“You will have to hustle harder and smarter than ever before. It’s no longer the same, there will be fewer opportunities and everybody is out to grab the same pie,” he cautioned. On the other hand, there is tremendous work on COVID-19 all across and business is reshaping, so lots of opportunities are opening up.
“So you will need to shift where you look. You will also need to learn how to think and work fast,” Anthony emphasised. It is important to produce work faster because there will be less pay for more work of the same quality.
“You need to be agile and adaptive, though that’s easier said than done. It’s more about how your mind functions than tech and software,” he cautioned. Freelancers should inculcate habits and practices that make them open to change and adapt; this may be easier for youth.
“Be ambidextrous in what you can do - and be open to taking on any type or a wide range of work,” Anthony stressed. All this will help to reskill and set new directions for the future.
“Collaborate efficiently with different experts and teams,” he added. Teaming up can create larger and bigger opportunities. This increases learning opportunities and also reduces risk on the upside.
“Go for doing the right thing – be a good gatekeeper. The human side of everyone is reaching out,” Anthony explained. This also will help people trust designers more in the long-run.
It is important to reach out far and wide, pull out contacts, and start having conversations. “But tread carefully, don’t be pushy or insensitive to the current situation,” he cautioned.
Lastly, the environment is ready for new seedlings. “So seed and action new ideas. In all this, may the Force be with you,” Anthon evocatively summed up.
The post-corona world
Madanmohan Rao wrapped up the discussion with some perspectives on what design organisations may look like in the future. They will certainly need stronger and more frequent industry dialogue on common issues of concern. Several sectors are strengthening such alliances, for example, startups and investors have launched the Action COVID-19 Team (ACT) with Rs 100 crore in grants.
Given the magnitude of the socio-economic challenges the country faces ahead, design firms may need to increase their social responsibility commitment and have an 80-20 percent split between for-profit and non-profit work. Designers may also need to take part in the broader community and activist initiatives, as seen in the origin story of platforms like Ushahidi, Madanmohan cited as an example.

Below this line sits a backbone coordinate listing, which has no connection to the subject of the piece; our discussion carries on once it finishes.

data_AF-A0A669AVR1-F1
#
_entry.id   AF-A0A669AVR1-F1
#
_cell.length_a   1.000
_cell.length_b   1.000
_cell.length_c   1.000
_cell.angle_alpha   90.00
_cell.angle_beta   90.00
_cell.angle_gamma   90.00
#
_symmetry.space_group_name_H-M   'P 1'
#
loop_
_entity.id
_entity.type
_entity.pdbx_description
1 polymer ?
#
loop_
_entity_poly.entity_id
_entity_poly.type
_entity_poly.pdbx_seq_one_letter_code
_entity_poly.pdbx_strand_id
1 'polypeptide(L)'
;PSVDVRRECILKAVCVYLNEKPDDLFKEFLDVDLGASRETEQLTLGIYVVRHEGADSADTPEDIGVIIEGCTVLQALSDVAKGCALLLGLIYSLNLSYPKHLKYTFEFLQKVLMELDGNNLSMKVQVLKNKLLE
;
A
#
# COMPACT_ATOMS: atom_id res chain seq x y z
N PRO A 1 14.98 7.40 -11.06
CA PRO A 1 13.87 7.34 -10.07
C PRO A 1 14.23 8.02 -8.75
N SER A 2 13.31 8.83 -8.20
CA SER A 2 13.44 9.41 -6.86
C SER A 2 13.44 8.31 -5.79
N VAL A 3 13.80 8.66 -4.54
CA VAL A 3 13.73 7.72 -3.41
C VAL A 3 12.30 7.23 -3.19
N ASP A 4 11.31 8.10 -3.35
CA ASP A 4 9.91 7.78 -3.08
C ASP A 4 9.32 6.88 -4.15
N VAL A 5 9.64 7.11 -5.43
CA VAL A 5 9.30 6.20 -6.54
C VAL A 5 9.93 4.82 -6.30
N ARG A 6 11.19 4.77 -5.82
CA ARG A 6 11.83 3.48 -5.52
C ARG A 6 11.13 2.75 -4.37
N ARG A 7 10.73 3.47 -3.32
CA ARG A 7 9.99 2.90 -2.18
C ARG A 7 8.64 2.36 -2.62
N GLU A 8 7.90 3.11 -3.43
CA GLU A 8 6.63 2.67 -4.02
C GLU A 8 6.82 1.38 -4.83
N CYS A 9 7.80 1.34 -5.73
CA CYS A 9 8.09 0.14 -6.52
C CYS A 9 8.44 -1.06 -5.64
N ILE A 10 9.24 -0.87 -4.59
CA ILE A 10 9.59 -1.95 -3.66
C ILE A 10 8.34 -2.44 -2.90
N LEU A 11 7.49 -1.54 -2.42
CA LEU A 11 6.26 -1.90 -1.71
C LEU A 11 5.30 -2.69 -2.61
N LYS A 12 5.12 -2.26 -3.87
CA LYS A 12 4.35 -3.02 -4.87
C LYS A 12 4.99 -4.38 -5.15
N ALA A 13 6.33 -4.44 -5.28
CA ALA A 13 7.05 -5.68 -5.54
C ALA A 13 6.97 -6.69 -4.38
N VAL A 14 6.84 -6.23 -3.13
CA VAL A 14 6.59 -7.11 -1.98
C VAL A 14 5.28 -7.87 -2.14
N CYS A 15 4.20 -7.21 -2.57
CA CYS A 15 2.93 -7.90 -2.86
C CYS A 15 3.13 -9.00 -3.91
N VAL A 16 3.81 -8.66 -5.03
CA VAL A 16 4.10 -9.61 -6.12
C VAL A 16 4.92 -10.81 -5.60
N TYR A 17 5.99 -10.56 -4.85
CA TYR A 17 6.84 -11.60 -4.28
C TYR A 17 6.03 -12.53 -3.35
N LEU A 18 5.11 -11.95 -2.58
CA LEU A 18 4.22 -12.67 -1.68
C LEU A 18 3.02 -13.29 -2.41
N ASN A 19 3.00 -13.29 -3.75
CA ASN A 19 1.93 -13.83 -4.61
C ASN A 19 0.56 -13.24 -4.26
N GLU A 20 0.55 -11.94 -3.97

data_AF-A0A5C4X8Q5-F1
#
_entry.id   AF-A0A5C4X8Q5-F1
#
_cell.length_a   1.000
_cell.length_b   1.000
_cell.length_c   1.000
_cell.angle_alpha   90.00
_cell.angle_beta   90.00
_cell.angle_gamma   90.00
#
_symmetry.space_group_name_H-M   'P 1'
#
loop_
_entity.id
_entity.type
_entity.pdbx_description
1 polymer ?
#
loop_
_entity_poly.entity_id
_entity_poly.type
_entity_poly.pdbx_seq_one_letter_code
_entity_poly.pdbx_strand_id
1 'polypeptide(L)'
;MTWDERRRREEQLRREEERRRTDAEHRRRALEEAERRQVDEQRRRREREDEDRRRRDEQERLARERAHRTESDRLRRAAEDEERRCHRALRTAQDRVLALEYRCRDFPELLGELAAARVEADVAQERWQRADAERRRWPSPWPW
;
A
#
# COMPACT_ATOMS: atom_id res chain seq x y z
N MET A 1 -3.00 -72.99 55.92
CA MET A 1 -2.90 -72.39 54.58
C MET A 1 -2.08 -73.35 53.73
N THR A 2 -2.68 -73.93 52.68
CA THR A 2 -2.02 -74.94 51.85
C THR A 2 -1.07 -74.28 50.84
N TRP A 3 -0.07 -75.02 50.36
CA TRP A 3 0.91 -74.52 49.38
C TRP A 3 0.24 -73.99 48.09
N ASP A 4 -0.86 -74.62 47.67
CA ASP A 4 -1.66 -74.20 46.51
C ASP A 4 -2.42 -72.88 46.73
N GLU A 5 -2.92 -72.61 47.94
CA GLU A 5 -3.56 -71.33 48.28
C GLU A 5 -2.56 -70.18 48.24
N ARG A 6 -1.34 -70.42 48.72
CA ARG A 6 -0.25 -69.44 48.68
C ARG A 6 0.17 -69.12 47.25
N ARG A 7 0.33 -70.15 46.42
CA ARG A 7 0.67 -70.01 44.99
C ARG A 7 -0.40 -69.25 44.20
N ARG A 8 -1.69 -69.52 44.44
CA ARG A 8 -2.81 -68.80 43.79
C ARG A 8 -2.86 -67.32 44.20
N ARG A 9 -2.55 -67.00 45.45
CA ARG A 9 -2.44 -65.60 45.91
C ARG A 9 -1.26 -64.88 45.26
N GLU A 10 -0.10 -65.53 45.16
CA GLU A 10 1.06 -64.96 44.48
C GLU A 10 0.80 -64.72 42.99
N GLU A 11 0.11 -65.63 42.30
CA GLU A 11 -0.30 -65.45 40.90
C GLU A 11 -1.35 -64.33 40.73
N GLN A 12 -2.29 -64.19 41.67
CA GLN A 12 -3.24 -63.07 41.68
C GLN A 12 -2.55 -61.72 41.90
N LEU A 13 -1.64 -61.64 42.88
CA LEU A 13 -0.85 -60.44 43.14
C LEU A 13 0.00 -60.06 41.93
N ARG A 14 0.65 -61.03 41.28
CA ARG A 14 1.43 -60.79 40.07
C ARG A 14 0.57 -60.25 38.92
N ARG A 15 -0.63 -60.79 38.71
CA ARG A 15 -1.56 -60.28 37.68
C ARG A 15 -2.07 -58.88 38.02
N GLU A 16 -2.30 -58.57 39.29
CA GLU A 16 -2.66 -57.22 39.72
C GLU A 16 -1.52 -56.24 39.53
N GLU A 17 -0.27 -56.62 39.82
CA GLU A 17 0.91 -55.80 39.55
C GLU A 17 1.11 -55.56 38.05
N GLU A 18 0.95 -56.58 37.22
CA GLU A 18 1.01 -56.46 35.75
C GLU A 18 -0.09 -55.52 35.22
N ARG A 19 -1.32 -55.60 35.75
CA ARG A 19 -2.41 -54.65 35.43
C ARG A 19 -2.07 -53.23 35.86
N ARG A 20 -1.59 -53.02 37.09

Emerging from lockdown does not mean an immediate return to business-as-usual. The real challenges still lie ahead, and the government will play a key role in rebuilding the nation as we confront the ‘new normal.’
Design firms will need to proactively form alliances with governments to revive sectors like health, agriculture, and industry, and work around their aversion to perceived bureaucracy, politics, or corruption. This will include co-creation for product design, communication campaigns, service design, digital media, market spaces, and open-source design.
More insights on design community responses were shared in a chat with YourStory after the panel by Jay Dutta, Founder-Curator, DesignUp Festival. There are optimism and worry in equal measure in the community, he observed.
“I recently got on a call and had heart-to-heart conversations with a bunch of design leaders and conference organisers from around the world. People from the Americas and Europe to Asia are all worried about the post-pandemic scenario,” Jay explained. The thought that this may just be the beginning of a series of such global scares is also not lost.
Concerns range from job losses and losing projects to the possible cancellations of a huge number of events – and the economic ramifications of all of this. “Equally, there's optimism in what the new opportunities online present - the proverbial silver lining,” Jay added. This includes online meetings and webinars.
“The conversations in design now range from our eagerness to help with the problems around us, the concerns around what’s next, and approaches to keeping our tribe alive, active, and inspired,” Jay explained. This includes revisiting and redefining the limits of what can and cannot be done.
Jay wrapped up with some advice for the design community. “Prepare for the time beyond the short-lived euphoria of online meets, webinars, how-to-remote, show-your-desks, virtual-parties, and more,” he cautioned.
It is important to look at what the next five weeks, five months, and five years look like for designers as individuals, teams, and firms. “We are great at visualising – so open your mind's eye and think, rethink critically through those scenarios,” he urged.
“It's very important we stay focused, prepared – and relevant. It's not all grim and grey, but think of this opportunity to redesign how we work, what we work on, and what impact we have on the ecosystems around us,” Jay signed off.
(Edited by Suman Singh)